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Clegg: Lib Dems 'misunderstand' schools policy

By Channel 4 News

Updated on 21 September 2010

The Liberal Democrat leader Nick Clegg tells Channel 4 News that party members who voted against the coalition government's plans to set up free schools have misunderstood what the policy is about.

Nick Clegg at the Liberal Democrat party conference (Reuters).

Mr Clegg faced embarrassment yesterday when delegates at the party's conference in Liverpool approved a motion rejecting free schools because they would lead to "increasing social divisiveness and inequity ".

But in an interview with Channel 4 News, the deputy prime minister said: "As I tried to explain in my speech yesterday, some of the misgivings expressed in the conference hall I genuinely think slightly misunderstand what the government policy is going to do.

"I think there is a misunderstanding bluntly between what the free schools proposal is alleged to be trying to do and what it will actually do. It won't be taking resources and people and attention away from other schools ...... and crucially, as I stressed in my speech yesterday, it won't do what would be genuinely divisive.

"It won't be introducing selection through the back door, which I'm staunchly opposed to."

Tuition fees
With a review of university funding currently taking place, Mr Clegg was asked if he would honour the Lib Dems' pre-election pledge to oppose any increase in tuition fees.

He said: "Of course I want to honour the pledges that we have made, but we've also got a real problem in higher education which we inherited from Labour. We're trying to sort it out in a way which is as fair and as progessive as possible and doesn't discourage people, particularly from low-income backgrounds, from aspiring to go to university in the first place because they're so intimidated by the legacy of debt that they presently get when they graduate from university."

Mr Clegg said the Conservative/Lib Dem government was looking at alternatives to fees. "One of the options we are looking at - called the graduate contribution scheme, is that the basis on which graduates make a contribution to the university they've gone to is based on what they subsequently earn rather than the course that they've taken."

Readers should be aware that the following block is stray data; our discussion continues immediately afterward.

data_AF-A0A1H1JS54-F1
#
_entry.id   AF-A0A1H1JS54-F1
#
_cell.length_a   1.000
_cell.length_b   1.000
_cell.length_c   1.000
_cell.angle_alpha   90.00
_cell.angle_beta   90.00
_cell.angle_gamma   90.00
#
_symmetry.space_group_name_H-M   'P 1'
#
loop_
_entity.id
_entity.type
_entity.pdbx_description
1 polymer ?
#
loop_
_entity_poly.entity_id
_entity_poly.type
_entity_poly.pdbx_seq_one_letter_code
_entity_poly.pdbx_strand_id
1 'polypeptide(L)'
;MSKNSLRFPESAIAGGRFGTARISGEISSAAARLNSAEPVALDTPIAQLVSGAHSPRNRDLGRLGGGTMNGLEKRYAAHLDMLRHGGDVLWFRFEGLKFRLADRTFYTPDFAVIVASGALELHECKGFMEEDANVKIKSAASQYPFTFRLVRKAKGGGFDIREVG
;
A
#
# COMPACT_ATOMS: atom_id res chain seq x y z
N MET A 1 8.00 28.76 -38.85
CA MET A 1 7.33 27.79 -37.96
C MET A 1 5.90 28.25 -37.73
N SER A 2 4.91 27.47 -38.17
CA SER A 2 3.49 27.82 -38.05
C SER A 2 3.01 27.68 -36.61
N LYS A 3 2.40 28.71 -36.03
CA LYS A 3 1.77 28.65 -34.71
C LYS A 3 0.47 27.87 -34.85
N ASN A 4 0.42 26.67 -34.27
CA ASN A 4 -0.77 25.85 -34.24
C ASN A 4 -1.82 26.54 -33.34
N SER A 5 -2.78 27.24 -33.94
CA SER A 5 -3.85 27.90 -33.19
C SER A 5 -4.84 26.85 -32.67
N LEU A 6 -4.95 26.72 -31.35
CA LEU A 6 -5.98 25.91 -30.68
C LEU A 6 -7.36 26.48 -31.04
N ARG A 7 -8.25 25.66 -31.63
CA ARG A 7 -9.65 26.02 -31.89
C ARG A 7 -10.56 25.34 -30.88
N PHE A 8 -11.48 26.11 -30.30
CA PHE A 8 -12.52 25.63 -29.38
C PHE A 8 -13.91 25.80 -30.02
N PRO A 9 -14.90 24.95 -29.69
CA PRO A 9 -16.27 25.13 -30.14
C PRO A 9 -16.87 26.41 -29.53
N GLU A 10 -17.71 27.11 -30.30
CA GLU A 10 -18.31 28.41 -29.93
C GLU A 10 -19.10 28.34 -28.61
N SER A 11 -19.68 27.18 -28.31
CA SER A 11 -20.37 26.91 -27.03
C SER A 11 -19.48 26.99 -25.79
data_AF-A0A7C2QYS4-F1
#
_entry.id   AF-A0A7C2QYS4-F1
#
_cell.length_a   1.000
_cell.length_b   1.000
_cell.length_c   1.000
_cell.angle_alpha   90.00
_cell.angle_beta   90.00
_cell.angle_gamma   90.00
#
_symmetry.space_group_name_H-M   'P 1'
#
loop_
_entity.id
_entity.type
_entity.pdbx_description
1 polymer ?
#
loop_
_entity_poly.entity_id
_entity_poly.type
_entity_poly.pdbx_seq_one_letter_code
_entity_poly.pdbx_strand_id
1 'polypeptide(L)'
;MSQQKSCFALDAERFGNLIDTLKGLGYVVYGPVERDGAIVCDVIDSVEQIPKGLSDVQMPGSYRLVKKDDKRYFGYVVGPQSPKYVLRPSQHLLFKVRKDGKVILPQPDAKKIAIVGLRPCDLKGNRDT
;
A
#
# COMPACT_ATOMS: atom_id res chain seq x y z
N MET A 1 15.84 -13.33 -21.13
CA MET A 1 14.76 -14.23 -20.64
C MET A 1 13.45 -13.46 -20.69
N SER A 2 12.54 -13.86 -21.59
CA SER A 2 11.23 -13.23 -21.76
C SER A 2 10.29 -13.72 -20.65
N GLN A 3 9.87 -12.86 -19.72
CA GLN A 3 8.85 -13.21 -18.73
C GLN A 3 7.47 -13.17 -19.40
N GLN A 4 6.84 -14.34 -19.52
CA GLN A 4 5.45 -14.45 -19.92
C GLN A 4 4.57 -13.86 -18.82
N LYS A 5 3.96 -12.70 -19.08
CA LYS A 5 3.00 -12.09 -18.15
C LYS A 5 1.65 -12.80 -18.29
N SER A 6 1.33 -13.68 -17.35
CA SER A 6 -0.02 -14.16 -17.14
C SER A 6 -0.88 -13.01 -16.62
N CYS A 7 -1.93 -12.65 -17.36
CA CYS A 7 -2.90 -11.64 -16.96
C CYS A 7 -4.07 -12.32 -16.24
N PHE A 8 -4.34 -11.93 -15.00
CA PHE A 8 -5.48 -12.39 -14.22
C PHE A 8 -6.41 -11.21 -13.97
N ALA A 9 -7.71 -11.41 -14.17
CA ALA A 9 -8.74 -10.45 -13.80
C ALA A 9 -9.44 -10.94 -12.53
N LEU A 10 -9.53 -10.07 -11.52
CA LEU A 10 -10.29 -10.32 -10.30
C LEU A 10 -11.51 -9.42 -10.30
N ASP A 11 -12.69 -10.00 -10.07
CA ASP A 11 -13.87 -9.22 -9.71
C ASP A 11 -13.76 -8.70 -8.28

Faint echoes of Tony Blair?
The DPM said the reason his party voted against the independent free schools policy of the coalition was because they "misunderstand the details of the policy".  Faint echoes of Tony Blair there, writes political editor Gary Gibbon.

On the infamous IKEA cabinet fixing with David Cameron, Nick Clegg admitted he'd tried to pass on some tips to the prime minister, but said that Cameron was "building the cupboard very rapidly".

Read more

Helping the poor
The Lib Dem leader disputed claims from the respected think tank, the Institute for Fiscal Studies, that the chancellor's emergency budget in June was regressive, saying that future budgets would take action to protect the poorest.

"I don't accept the IFS analysis because it makes a number of assumptions, it's very partial. For instance, the IFS says in 2014 or 2015, we predict X,Y,Z will happen. But there are going to be a succession of budgets between now and then.

"We, for instance, have been very open about the fact that the future budgets will do even more to make the tax system fairer. We've already taken 900,000 people out of paying any income tax. We're going to do even more on that."

IKEA cupboard
Mr Clegg was also questioned about the help he gave David Cameron when the prime minister was assembling an IKEA baby cupboard for his newly-born daughter Florence in Downing Street.

The father-of-three said he had given him some advice, but implied that Mr Cameron had not needed much help. "By all accounts, he was building the cupboard very rapidly."

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